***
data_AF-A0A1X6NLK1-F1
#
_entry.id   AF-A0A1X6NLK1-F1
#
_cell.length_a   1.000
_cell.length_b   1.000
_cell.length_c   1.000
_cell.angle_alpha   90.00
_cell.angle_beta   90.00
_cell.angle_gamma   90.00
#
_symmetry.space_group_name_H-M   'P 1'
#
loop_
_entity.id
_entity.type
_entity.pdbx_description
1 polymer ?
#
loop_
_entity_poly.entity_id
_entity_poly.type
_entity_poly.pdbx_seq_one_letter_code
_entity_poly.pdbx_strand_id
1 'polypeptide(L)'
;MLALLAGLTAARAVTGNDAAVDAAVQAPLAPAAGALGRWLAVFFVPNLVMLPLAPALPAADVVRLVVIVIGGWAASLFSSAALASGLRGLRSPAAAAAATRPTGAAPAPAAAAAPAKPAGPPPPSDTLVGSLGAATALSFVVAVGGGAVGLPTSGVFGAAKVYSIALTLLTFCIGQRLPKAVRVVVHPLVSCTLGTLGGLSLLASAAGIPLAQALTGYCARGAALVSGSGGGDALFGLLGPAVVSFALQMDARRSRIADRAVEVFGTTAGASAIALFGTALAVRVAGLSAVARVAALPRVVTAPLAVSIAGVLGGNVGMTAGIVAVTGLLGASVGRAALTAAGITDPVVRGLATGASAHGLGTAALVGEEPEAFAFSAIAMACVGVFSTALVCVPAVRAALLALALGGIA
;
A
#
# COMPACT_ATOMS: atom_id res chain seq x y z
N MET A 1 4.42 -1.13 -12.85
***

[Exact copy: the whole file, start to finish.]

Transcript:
data_AF-A0A1X6NLK1-F1
#
_entry.id   AF-A0A1X6NLK1-F1
#
_cell.length_a   1.000
_cell.length_b   1.000
_cell.length_c   1.000
_cell.angle_alpha   90.00
_cell.angle_beta   90.00
_cell.angle_gamma   90.00
#
_symmetry.space_group_name_H-M   'P 1'
#
loop_
_entity.id
_entity.type
_entity.pdbx_description
1 polymer ?
#
loop_
_entity_poly.entity_id
_entity_poly.type
_entity_poly.pdbx_seq_one_letter_code
_entity_poly.pdbx_strand_id
1 'polypeptide(L)'
;MLALLAGLTAARAVTGNDAAVDAAVQAPLAPAAGALGRWLAVFFVPNLVMLPLAPALPAADVVRLVVIVIGGWAASLFSSAALASGLRGLRSPAAAAAATRPTGAAPAPAAAAAPAKPAGPPPPSDTLVGSLGAATALSFVVAVGGGAVGLPTSGVFGAAKVYSIALTLLTFCIGQRLPKAVRVVVHPLVSCTLGTLGGLSLLASAAGIPLAQALTGYCARGAALVSGSGGGDALFGLLGPAVVSFALQMDARRSRIADRAVEVFGTTAGASAIALFGTALAVRVAGLSAVARVAALPRVVTAPLAVSIAGVLGGNVGMTAGIVAVTGLLGASVGRAALTAAGITDPVVRGLATGASAHGLGTAALVGEEPEAFAFSAIAMACVGVFSTALVCVPAVRAALLALALGGIA
;
A
#
# COMPACT_ATOMS: atom_id res chain seq x y z
N MET A 1 4.42 -1.13 -12.85